Ah, yes, you don't want to "resample image" if your goal is preserving the image quality. With "resample image" turned off, Photoshop keeps all your pixels intact and just tells the output device or other image-viewing program what the DPI should be--the data in the image actually remains the same, which is what you want.

How are you getting this output, by the way?
posted by bcwinters at 1:28 PM on May 9, 2008


Note: I should say that when I resized the image with "resample image" unchecked, the "actual pixels" view in Photoshop looks identical to the source image - which makes sense, since it's compensated for the increase in pixel count by reduction in dimensions (or however you explain that).

However, the "print size" view in Photoshop causes it to look mighty tiny. Is that just Photoshop being ignorant and going to a default zoom level, regardless of what it will actually look like printed?

I'd run a test print but the only printer I have at my disposal at the moment is a crummy Dell laser that yields illegible prints anyway :)
posted by sprocket87 at 1:30 PM on May 9, 2008


bcwinters, I'm planning to take this to Kinko's (or the like). I called and a tech claimed that the target resolution for their large-format printers would be 300 DPI max.
posted by sprocket87 at 1:31 PM on May 9, 2008


Be sure whenever you resize an image in Photoshop that you are in RGB or CMYK mode. (You can tell via the menu Image > Mode.) If it's Indexed (which it usually is when you start with a GIF) then you should change it to RGB before resizing. Resizing in a restricted palette with do awful things to the details of your image.
posted by aught at 1:37 PM on May 9, 2008


Thanks for the tip aught. I'm in RGB, this is a raster graphic output from Google Maps (originally saved as PNG).
posted by sprocket87 at 1:39 PM on May 9, 2008


Ahh, this article is very helpful in making this clearer. It also confirms that Photoshop's "Print size" view mode is pretty much useless :)

I'm going to run off a test sample when I get the opportunity and we'll see how it looks.
posted by sprocket87 at 1:49 PM on May 9, 2008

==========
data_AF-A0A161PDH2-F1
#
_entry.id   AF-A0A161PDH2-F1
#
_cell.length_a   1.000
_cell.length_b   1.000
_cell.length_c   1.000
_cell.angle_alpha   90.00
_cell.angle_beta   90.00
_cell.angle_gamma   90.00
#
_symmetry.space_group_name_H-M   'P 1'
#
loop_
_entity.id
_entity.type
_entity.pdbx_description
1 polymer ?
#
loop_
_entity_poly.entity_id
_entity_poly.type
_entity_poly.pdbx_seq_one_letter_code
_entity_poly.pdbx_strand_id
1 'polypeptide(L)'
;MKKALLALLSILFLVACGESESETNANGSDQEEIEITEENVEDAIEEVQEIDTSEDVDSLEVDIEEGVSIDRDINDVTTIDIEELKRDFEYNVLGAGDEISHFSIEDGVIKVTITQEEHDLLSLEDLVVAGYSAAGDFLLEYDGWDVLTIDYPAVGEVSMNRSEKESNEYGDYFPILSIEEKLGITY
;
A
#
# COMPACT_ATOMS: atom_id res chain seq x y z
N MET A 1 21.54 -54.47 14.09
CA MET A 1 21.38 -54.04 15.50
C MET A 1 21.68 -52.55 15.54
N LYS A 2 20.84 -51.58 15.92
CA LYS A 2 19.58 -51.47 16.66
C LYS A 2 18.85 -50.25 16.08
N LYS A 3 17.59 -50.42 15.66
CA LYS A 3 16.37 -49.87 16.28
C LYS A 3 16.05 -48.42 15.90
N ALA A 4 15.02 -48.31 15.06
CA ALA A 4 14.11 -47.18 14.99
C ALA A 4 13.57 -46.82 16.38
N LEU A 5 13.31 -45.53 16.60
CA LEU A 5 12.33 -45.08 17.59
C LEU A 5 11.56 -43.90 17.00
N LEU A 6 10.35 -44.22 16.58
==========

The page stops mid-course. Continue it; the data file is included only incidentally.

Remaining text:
When you make an image smaller, Photoshop has fomulae to determine what to throw away. Inevitably, when you go from large to very small, a lot gets thrown away and the image tends to look a bit fuzzy. The best method is to reduce the size of the image in steps, and after each step (usually by half in any given direction) sharpen.

So you might go from 5000 to 2500, then sharpen. Then down to 1250 and sharpen again. The only downside to this is the inevitable sharpening detritus that photoshop will introduce around contrast points. You simply have to be judicious in your sharpening - just enough but not too much.

That said, I don't know why you want to reduce anything for printing. If you are printing high quality you often want to be printing at 300dpi. 150 is a line-screen number for very high quality offset printing, not dpi for desktop printing. Over 300 tends to be overkill, but there's no harm in it. 72dpi will always look pretty crappy in comparison to 300.

5000 X 7000 should yield a very nice 16 X 20 at 300, and will easily yield good quality at the size you want. Resize the image such that the number of pixels never changes, but the dpi changes and you'll be fine. You never want to throw away information if you can help it.
posted by johngumbo at 3:56 PM on May 9, 2008


Things to consider- the DPI/PPI of your monitor when viewing the print preview. And the technique your printer will use to layer colors, and at what DPI it *actually* prints. Printers love to say they are 5000x8000 DPI, but their engine only really prints 300x600 and the printer's logic attempts to resample it.

If it was me, I'd convert the image to CMYK, then convert the image's DPI/PPI to a value that your printer will natively accept. You are looking at a loss of quality if you convert from 72 to 138, and then the printer changes it to something else and then expands *that* to fit the page. See if the printer will natively print @ 144, and then change it to that. I'd suspect you'd have the least loss in that scenario.
posted by gjc at 10:43 AM on May 10, 2008